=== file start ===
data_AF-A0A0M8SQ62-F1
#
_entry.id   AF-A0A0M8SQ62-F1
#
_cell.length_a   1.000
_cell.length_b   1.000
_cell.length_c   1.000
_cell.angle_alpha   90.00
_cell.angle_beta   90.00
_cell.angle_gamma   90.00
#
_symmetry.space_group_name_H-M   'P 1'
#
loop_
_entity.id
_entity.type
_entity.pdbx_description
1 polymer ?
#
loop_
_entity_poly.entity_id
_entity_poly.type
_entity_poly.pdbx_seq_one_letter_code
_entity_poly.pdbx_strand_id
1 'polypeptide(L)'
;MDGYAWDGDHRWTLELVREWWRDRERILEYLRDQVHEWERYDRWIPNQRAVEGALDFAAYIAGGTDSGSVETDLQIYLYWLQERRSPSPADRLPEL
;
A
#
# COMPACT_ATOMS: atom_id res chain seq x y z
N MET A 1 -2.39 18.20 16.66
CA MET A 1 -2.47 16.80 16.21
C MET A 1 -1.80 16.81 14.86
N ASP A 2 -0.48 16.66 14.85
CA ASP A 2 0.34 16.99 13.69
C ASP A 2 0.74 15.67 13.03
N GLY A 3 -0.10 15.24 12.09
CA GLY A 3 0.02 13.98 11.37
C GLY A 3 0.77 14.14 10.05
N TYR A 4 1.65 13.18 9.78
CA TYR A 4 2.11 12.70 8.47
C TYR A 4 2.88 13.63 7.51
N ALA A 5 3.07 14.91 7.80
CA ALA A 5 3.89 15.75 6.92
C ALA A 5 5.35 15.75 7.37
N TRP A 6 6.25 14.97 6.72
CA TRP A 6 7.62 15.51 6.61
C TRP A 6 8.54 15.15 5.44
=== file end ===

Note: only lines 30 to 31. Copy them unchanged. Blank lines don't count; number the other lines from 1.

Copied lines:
# COMPACT_ATOMS: atom_id res chain seq x y z
N MET A 1 -2.39 18.20 16.66